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All success brings changes, and Lemon is no exception. He has been transformed from a Peck's bad boy into a prima donna who could give even Maria Callas some lessons in being temperamental. No tie stalls for him, as are sometimes offered at small shows where he is exhibited solo as a special treat: he must have a box. And once, when he was placed in a box stall with no tail boards, he spent the night busily rubbing his tail against the stone wall until he had an embarrassing bald spot. Lemon had to wear a wig until the hair grew out.
He is just as particular about his stablemate as he is about his stall. He has developed a grand attachment for a five-gaited mare named Stonewall's Princess, and when she isn't there he paces and nickers in lordly anguish. But heartbreak turns to outrage if, when the mare is returned to her stall, she is fed and watered first. If his peevish squeals for attention are ignored he becomes more vehement and kicks the walls of the stall. If this rouses no interest he turns downright sulky and gets to work methodically shredding his blanket.
Saucy and serious
Lemon also gets a deep satisfaction out of teasing new grooms. He will leave the stall with newcomers like a perfect Little Lord Fauntleroy, but then, as quick as a snake, he will clamp his teeth on arm or shoulder. He doesn't really bite. He holds on long enough to see how easily they scare.
When it comes to showing, however, Lemon is all business. Every piece of tack, each strap, must be exactly where he wants it. If the backhand is a little too far forward, he'll twitch, twist and shrug until he gets it just right. Then, like a boxer on the ropes, he starts warming up, lifting first one leg and flexing the muscles in the forearm, next the other, until he is hitched. Then—into the show ring.
And on the rail, owners and trainers whose memories are long and jealousies often sharp, run down the list of fine harness immortals—Vanity, Noble Kalarama, Regal Aire—and acclaim The Lemon Drop Kid as greatest. They may sigh with envy but they watch him with pleasure and affection. Everyone knows it will be a long time—if ever—before there's another like him.
The Lemon Drop Kid, memorable as usual, just last week added another star to his championship diadem by again winning the stake at Kansas City's American Royal. And winning in Kansas City, as everyone well knows, is no small achievement. This year the show drew a staggering 1,124 entries, while at Harrisburg, the Pennsylvania National, which ran during the exact same days and cedes prestige to no one, drew close to 800.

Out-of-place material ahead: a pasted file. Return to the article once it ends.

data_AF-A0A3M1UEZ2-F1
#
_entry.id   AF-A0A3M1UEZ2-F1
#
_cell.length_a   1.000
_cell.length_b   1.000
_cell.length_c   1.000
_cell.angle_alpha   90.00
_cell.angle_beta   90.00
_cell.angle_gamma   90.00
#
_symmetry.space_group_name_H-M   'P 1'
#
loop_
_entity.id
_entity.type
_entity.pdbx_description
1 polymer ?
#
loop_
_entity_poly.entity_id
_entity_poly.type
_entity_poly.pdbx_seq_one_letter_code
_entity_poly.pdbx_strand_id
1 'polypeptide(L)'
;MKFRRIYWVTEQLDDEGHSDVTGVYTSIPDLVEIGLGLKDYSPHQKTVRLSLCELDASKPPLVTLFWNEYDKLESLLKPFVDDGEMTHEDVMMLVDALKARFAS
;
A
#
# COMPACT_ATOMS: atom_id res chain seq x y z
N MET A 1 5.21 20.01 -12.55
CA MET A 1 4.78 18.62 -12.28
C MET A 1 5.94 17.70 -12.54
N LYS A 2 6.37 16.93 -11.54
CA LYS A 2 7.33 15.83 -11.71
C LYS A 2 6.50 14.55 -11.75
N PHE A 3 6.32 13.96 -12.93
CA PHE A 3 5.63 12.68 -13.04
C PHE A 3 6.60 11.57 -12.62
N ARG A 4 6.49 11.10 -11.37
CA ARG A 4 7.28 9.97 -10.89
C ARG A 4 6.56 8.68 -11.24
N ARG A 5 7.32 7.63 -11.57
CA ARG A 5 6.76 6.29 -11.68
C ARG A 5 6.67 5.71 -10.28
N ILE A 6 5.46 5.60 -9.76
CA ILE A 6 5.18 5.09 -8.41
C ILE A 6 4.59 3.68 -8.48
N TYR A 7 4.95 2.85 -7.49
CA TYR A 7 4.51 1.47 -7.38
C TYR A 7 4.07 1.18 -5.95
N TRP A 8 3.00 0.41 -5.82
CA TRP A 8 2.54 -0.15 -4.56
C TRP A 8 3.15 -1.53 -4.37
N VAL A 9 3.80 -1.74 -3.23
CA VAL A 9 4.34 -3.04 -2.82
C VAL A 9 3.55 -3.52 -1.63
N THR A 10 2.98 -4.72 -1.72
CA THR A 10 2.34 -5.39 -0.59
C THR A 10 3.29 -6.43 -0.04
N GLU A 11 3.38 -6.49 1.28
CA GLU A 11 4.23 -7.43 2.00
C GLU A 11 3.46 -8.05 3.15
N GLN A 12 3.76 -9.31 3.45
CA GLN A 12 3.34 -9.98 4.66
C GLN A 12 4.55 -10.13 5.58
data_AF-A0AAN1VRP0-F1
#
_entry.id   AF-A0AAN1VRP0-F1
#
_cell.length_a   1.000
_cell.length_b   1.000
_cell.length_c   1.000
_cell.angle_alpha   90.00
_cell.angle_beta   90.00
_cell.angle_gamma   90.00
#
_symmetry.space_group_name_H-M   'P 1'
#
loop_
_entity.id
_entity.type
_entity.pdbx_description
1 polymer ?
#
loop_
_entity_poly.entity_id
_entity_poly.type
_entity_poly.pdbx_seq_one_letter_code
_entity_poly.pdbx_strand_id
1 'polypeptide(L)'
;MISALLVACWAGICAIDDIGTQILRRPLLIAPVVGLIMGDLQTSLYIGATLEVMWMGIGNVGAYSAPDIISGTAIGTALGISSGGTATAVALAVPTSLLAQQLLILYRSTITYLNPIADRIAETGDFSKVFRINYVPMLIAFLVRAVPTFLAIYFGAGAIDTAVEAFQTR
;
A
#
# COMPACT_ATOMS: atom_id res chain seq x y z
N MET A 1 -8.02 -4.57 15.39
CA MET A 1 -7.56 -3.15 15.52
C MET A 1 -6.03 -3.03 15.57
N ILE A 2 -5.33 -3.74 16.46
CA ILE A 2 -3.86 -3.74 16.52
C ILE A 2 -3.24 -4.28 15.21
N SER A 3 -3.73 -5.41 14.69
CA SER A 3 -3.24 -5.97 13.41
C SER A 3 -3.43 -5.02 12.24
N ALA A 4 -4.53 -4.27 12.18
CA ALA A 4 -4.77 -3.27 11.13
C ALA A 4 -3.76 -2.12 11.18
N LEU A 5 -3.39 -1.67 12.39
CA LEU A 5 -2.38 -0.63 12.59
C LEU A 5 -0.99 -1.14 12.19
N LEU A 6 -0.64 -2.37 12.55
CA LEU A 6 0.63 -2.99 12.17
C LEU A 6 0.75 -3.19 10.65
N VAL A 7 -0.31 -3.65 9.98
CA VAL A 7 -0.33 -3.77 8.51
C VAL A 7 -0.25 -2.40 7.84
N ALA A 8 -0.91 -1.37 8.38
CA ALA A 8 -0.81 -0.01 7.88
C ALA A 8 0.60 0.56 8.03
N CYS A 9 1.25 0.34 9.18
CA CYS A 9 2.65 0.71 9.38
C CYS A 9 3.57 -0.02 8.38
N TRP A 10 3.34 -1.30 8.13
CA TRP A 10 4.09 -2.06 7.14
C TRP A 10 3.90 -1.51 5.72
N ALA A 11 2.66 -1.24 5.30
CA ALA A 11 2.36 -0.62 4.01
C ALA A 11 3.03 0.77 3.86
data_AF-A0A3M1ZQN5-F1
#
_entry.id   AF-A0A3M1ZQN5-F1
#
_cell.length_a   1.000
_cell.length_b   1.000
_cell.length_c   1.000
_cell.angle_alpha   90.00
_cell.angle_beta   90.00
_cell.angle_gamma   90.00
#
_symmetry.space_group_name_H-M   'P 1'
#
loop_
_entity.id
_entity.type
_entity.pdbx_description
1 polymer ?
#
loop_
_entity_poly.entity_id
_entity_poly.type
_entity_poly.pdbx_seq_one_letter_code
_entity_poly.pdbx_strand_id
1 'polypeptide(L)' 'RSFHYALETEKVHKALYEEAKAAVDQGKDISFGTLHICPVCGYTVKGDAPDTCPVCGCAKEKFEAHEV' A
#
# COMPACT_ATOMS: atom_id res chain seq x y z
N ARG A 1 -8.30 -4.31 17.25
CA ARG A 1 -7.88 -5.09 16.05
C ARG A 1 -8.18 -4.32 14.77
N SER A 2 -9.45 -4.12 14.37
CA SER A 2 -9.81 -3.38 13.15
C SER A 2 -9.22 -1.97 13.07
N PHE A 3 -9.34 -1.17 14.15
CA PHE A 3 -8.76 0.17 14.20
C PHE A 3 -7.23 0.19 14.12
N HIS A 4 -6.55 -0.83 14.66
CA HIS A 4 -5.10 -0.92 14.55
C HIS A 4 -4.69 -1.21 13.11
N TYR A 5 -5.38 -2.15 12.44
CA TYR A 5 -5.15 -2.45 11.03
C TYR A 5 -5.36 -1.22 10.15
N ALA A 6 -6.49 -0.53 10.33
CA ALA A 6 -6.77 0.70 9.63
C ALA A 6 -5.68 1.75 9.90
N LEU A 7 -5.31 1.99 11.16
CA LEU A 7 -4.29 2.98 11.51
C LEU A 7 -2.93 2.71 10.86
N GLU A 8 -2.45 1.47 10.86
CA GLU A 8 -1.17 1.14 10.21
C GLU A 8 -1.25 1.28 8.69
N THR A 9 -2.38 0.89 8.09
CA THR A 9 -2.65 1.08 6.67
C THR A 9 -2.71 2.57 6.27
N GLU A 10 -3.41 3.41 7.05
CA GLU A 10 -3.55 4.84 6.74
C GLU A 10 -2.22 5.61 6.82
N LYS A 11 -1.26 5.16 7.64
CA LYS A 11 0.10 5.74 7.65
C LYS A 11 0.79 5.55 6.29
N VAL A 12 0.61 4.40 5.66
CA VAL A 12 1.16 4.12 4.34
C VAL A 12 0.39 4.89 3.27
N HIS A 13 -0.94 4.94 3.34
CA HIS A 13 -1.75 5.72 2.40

That one owner could simultaneously win stakes at these two great shows seems slightly improbable, but that is exactly what did happen. In Kansas City, Lady Carrigan, winner of the World's Five-Gaited Championship at Louisville earlier this year, finished off an undefeated season with victory at the Royal. Garland Bradshaw was again in the saddle, but now he was riding for a different owner; 22-year-old Jolie Richardson of Atlanta had bought the horse from Molly Moody. "We got so tired of always being second to Carrigan that we finally bought her!" explained Jolie. "You know how it is: if you can't beat 'em, buy 'em." And as an indication of what there was to beat in Kansas City, there were 90—yes, count them, 90—horses entered in the stake. As usual, only a small percentage of those listed felt it worth-while, when the eighth day of competition rolled around, to put up a fight. Lady Carrigan, who is just as touchy to ride as The Lemon Drop Kid is to drive, might as well have been in a class by herself. The fight was for second place, and it was finally won by Susan Richtmyre's chestnut gelding, Red Gold.
Meanwhile, on the same Saturday, at the opposite end of the country, Jolie's other horse, the big bay Garrymore, was being shown at Harrisburg by Garland Bradshaw's brother Frank.
Garrymore too faced top stock, but, working like a picture horse, he pleased both crowd and judges. It came as no surprise when for the third year in a row he was named the champion five-gaited horse at the Pennsylvania National.